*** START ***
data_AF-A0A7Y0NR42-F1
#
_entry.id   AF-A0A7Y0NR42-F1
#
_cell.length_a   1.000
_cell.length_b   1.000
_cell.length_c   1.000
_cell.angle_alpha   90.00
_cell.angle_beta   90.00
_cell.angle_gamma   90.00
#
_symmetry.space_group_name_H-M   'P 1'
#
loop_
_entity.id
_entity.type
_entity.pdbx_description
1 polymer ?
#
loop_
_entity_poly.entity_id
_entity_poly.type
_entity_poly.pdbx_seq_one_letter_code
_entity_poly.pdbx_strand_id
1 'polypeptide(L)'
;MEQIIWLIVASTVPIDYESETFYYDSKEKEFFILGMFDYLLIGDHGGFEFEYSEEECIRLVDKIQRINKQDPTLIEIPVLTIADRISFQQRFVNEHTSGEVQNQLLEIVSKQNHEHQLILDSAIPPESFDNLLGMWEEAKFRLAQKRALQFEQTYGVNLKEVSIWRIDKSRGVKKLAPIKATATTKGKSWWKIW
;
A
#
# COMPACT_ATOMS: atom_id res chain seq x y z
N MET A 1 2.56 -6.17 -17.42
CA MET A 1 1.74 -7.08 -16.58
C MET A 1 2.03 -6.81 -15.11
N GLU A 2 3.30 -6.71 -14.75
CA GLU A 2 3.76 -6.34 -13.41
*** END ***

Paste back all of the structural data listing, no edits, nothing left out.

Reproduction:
data_AF-A0A7Y0NR42-F1
#
_entry.id   AF-A0A7Y0NR42-F1
#
_cell.length_a   1.000
_cell.length_b   1.000
_cell.length_c   1.000
_cell.angle_alpha   90.00
_cell.angle_beta   90.00
_cell.angle_gamma   90.00
#
_symmetry.space_group_name_H-M   'P 1'
#
loop_
_entity.id
_entity.type
_entity.pdbx_description
1 polymer ?
#
loop_
_entity_poly.entity_id
_entity_poly.type
_entity_poly.pdbx_seq_one_letter_code
_entity_poly.pdbx_strand_id
1 'polypeptide(L)'
;MEQIIWLIVASTVPIDYESETFYYDSKEKEFFILGMFDYLLIGDHGGFEFEYSEEECIRLVDKIQRINKQDPTLIEIPVLTIADRISFQQRFVNEHTSGEVQNQLLEIVSKQNHEHQLILDSAIPPESFDNLLGMWEEAKFRLAQKRALQFEQTYGVNLKEVSIWRIDKSRGVKKLAPIKATATTKGKSWWKIW
;
A
#
# COMPACT_ATOMS: atom_id res chain seq x y z
N MET A 1 2.56 -6.17 -17.42
CA MET A 1 1.74 -7.08 -16.58
C MET A 1 2.03 -6.81 -15.11
N GLU A 2 3.30 -6.71 -14.75
CA GLU A 2 3.76 -6.34 -13.41